31 Jan

Healthier Super Bowl Food

With the Super Bowl taking place this Sunday, I thought I’d dig through my recipe stash and try to come up with some healthy alternatives to the usual junk food that litters the table at most Super Bowl parties.

I’m not saying that stuff doesn’t taste amazing; I’m just saying that it’s so, so bad for you and I’m really trying to minimize my intake of that junk, even every so often!

Since I’m in the middle of marathon training season, I really don’t want to eat crappy food and have to get up Monday morning to run.  Those high fat, sugary, and chemical filled foods make me feel like shit and basically knock me out pretty quickly because of the difficulty in digesting the bad ingredients.

I’m sure there will be loads of junk at the the party we attend, but we will take some healthier alternatives….you know, just in case someone wants an option!  These are perfect, but they’re better than the crockpot Velveeta cheese dip you usually find.

I have a feeling my recipes will come home with me partially uneaten.  Oh well, we love them anyway.

Creamy Black Bean Dip

  • 1 15 ounce can of low sodium black beans, rinsed 
  • 1/2 cup of water 
  • 1 tablespoon lemon juice 
  • 1 1/2 tablespoons nutritional yeast 
  • 1 heaping teaspoon chili powder 
  • 1 teaspoon paprika 
  • 1 teaspoon garlic powder 
  • 1/2 teaspoon salt

Combine all of the ingredients in a blender and blend until smooth.

Barbecue Potobello Quesadillas

  • 1/2 cup prepared barbecue sauce (you’re going to have to dig for a healthy version of this)
  • 1 tablespoon tomato paste
  • 1 tablespoon cider vinegar
  • 1 chipotle chile in adobo sauce, minced, or 1/4 teaspoon ground chipotle pepper
  • 1 tablespoon plus 2 teaspoons olive or coconut oil, divided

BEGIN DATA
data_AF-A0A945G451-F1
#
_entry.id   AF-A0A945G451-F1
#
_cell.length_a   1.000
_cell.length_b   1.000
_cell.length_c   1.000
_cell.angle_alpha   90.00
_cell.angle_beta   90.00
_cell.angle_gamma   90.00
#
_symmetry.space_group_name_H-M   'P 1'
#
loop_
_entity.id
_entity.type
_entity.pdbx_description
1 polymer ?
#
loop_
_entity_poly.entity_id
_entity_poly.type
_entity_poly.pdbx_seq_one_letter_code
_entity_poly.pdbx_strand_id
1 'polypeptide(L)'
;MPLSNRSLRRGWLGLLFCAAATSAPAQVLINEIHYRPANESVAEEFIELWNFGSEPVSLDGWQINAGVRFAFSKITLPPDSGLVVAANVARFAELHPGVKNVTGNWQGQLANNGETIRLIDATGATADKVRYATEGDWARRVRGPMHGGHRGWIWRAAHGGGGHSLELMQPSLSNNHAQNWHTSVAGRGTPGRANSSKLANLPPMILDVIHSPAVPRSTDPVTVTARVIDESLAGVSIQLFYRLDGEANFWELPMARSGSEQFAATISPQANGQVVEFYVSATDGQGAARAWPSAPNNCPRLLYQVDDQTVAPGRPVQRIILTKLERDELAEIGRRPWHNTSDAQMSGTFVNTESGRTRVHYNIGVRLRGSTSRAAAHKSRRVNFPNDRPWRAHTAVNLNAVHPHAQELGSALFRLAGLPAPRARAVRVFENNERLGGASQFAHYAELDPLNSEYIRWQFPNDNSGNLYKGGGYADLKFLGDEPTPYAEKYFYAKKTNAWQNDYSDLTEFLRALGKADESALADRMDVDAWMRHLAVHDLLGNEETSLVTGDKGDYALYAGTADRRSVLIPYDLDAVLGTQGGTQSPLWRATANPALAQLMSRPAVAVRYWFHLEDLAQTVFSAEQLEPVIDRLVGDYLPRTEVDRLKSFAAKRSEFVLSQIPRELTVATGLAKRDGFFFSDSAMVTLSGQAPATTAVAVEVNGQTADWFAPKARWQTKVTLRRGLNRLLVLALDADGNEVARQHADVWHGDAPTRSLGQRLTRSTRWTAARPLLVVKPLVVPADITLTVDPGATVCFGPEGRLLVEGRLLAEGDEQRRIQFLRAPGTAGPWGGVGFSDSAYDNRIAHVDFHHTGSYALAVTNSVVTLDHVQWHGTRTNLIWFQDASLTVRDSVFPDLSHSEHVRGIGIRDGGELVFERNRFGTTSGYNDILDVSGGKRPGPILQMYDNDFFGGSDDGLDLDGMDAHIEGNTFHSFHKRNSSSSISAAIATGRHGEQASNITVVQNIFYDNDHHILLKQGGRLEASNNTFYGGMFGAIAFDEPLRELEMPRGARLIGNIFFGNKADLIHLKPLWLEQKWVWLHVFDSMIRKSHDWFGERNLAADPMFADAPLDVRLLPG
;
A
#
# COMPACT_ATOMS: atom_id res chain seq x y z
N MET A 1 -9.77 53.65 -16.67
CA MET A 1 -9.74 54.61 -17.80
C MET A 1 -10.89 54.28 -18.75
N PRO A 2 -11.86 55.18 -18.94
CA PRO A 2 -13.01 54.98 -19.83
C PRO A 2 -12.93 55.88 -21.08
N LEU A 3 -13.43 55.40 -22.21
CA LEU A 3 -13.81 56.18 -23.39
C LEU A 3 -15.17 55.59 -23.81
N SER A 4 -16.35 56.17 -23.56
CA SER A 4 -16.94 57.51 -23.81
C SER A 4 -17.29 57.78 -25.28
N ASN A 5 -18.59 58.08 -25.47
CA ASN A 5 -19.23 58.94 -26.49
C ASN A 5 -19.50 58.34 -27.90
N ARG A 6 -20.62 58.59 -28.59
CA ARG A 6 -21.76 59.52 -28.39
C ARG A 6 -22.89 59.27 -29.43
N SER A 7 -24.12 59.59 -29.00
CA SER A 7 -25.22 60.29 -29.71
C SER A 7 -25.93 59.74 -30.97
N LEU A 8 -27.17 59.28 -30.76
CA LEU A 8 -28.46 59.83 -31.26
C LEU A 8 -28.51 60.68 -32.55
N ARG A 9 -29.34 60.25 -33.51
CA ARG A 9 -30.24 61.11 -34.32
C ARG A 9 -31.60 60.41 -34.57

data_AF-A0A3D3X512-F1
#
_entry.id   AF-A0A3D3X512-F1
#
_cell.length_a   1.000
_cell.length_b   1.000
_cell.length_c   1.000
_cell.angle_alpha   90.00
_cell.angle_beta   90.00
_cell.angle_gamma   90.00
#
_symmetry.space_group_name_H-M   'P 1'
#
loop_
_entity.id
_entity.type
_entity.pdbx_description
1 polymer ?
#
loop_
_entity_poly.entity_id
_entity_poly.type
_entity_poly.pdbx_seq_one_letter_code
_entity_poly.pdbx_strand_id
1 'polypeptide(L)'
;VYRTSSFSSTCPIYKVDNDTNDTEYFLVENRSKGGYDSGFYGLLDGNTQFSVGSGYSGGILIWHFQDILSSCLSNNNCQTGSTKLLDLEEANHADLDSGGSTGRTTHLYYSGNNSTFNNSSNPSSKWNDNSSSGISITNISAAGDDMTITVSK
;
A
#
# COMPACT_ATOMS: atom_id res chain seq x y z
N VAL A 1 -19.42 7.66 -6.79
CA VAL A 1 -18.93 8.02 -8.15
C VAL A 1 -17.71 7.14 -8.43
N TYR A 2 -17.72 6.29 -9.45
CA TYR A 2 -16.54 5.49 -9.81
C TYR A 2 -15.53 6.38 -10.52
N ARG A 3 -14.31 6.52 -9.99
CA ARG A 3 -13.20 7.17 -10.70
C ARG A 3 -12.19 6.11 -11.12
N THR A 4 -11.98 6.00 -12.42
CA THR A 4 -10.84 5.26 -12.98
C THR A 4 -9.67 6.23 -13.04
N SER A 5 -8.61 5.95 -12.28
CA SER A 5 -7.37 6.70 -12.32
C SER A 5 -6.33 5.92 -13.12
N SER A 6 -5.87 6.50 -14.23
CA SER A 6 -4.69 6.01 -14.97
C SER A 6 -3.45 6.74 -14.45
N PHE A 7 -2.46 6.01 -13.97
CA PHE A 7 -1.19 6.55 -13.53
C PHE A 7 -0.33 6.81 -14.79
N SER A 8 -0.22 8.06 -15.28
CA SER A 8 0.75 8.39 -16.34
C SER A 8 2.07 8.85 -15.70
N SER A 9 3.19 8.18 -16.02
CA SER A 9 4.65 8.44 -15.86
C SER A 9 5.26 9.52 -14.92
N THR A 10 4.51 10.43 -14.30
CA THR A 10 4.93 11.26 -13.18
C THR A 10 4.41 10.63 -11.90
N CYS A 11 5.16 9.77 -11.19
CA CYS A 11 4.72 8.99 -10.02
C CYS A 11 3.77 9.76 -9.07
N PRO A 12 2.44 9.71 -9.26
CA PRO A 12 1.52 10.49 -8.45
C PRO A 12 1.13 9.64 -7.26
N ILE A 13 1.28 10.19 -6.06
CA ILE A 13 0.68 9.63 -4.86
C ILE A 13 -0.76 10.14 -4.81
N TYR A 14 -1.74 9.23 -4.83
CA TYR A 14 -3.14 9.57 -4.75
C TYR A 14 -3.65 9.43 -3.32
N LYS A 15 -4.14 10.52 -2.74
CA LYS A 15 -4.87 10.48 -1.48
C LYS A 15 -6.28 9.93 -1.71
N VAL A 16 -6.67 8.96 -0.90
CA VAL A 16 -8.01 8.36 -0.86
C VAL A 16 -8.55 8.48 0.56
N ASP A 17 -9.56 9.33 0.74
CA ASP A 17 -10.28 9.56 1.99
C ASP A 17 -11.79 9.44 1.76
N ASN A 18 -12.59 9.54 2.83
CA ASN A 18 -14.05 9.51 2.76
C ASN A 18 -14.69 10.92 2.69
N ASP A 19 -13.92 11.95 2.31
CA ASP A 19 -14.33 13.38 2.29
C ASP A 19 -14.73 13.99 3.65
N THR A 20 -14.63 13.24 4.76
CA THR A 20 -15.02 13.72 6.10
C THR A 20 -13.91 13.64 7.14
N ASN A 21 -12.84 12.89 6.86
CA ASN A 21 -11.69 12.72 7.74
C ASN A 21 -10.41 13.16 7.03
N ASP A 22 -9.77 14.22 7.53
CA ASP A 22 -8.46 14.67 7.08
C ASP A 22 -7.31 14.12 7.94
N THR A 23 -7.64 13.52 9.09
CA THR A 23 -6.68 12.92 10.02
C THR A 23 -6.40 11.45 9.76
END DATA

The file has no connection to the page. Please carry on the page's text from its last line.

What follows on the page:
• 1 pound portobello mushroom caps, (about 5 medium), gills removed, diced
  • 1 medium onion, finely diced
  • 4 8- to 10-inch whole-wheat tortillas
  • 3/4 cup shredded Monterey Jack cheese (Pre-grated cheese almost always contains cellulose {wood pulp} as a filler. You’re better off buying a block of good cheese and grating it yourself.)
  1. Combine barbecue sauce, tomato paste, vinegar and chipotle in a medium bowl.  
  2. Heat 1 tablespoon oil in a large nonstick skillet over medium heat. Add mushrooms and cook, stirring occasionally, for 5 minutes. Add onion and cook, stirring, until the onion and mushrooms are beginning to brown, 5 to 7 minutes. Transfer the vegetables to the bowl with the barbecue sauce; stir to combine. Wipe out the pan.  
  3. Place tortillas on a work surface. Spread 3 tablespoons cheese on half of each tortilla and top with one-fourth (about 1/2 cup) of the filling. Fold tortillas in half, pressing gently to flatten.  
  4. Heat 1 teaspoon oil in the pan over medium heat. Add 2 quesadillas and cook, turning once, until golden on both sides, 3 to 4 minutes total. Transfer to a cutting board and tent with foil to keep warm. Repeat with the remaining 1 teaspoon oil and quesadillas. Cut each quesadilla into wedges and serve.

Black Bean Croquettes with Fresh Salsa

  • 2 15-ounce cans black beans, rinsed (buy organic, BPA-free cans)
  • 1 teaspoon ground cumin
  • 1 cup frozen corn kernels, thawed (buy organic, NON-GMO frozen corn)
  • 1/4 cup plus 1/3 cup plain dry breadcrumbs, divided
  • 2 cups finely chopped tomatoes